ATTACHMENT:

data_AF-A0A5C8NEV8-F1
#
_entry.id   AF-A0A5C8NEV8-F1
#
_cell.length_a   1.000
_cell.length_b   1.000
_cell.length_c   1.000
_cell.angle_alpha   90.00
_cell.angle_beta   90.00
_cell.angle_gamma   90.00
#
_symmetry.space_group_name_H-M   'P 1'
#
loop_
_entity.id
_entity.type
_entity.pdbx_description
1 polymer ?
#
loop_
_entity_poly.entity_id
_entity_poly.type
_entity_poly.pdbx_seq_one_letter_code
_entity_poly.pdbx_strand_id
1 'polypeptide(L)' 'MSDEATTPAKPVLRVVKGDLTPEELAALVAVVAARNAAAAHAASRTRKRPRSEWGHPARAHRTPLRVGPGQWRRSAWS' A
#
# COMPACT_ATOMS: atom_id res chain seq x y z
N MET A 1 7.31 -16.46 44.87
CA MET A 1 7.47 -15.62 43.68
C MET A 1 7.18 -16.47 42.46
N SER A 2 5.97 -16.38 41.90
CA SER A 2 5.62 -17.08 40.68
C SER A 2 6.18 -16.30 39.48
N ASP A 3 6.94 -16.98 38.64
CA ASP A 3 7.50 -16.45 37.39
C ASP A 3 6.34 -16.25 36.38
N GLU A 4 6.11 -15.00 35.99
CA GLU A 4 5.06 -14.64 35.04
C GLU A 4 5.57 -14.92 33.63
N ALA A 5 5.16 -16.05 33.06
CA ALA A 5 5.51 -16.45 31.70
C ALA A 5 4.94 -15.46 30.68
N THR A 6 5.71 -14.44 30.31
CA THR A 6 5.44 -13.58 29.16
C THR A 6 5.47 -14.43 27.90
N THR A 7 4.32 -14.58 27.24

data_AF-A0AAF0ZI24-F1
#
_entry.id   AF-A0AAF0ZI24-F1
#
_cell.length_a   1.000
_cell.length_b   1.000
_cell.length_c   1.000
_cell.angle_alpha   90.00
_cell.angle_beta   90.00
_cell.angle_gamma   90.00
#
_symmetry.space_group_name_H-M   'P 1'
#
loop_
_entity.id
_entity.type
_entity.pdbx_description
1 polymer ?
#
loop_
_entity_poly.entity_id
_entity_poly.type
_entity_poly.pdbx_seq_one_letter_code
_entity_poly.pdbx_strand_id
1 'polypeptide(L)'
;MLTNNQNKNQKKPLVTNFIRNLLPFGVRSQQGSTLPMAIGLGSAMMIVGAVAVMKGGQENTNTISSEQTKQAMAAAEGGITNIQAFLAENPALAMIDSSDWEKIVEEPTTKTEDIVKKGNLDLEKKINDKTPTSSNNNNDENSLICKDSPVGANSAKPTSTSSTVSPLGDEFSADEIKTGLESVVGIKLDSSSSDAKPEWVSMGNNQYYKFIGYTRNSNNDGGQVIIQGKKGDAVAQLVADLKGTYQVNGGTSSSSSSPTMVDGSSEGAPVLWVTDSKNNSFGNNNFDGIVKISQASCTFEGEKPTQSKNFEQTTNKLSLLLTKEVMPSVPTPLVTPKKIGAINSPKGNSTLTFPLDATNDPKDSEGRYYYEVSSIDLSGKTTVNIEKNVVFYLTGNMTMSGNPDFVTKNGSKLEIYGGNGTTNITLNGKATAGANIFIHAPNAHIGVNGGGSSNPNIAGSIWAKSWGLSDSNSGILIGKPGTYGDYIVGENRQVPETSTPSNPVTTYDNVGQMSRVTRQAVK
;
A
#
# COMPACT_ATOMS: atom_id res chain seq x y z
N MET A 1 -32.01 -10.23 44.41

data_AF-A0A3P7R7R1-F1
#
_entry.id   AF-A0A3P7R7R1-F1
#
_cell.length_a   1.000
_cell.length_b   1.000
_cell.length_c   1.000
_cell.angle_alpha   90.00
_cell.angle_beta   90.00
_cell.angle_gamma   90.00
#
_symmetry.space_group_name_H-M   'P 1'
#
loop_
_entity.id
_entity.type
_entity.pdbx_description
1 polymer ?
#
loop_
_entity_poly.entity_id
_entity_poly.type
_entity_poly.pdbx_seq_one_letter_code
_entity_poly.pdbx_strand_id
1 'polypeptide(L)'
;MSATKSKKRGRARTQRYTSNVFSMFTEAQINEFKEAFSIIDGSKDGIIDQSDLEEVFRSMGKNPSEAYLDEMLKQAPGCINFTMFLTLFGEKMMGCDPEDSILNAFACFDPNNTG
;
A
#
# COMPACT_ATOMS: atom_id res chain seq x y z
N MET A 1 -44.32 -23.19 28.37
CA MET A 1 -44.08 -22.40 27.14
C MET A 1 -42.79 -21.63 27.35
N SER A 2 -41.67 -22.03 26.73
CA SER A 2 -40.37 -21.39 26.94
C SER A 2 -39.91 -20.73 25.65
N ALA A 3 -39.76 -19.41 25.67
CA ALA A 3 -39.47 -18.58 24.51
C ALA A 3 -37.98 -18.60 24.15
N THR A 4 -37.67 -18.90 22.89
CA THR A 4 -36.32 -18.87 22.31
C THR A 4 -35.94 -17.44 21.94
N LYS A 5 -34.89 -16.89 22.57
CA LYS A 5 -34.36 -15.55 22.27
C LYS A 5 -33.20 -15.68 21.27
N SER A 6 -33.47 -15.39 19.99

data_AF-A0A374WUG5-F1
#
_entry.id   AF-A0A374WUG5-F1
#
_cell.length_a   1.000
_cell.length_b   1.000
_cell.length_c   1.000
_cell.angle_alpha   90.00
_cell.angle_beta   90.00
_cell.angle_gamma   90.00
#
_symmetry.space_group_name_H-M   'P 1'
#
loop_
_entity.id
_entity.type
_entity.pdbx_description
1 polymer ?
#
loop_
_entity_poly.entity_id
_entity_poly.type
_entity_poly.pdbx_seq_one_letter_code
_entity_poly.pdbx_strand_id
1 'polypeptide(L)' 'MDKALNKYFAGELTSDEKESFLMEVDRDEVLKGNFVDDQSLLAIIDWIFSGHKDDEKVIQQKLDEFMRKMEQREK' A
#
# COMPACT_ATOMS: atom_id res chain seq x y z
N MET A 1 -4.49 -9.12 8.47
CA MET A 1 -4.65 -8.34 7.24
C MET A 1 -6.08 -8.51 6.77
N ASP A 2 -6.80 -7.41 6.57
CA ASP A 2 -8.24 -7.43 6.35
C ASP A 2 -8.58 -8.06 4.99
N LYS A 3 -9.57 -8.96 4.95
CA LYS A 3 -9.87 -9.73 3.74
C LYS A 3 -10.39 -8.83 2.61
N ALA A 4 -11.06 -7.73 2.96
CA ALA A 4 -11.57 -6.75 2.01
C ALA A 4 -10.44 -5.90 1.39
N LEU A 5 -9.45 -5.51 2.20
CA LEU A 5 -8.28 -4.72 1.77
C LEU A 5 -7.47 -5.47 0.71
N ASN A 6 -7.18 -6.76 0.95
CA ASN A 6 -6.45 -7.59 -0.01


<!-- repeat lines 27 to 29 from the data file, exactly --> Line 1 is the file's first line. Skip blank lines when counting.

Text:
# COMPACT_ATOMS: atom_id res chain seq x y z
N MET A 1 7.31 -16.46 44.87
CA MET A 1 7.47 -15.62 43.68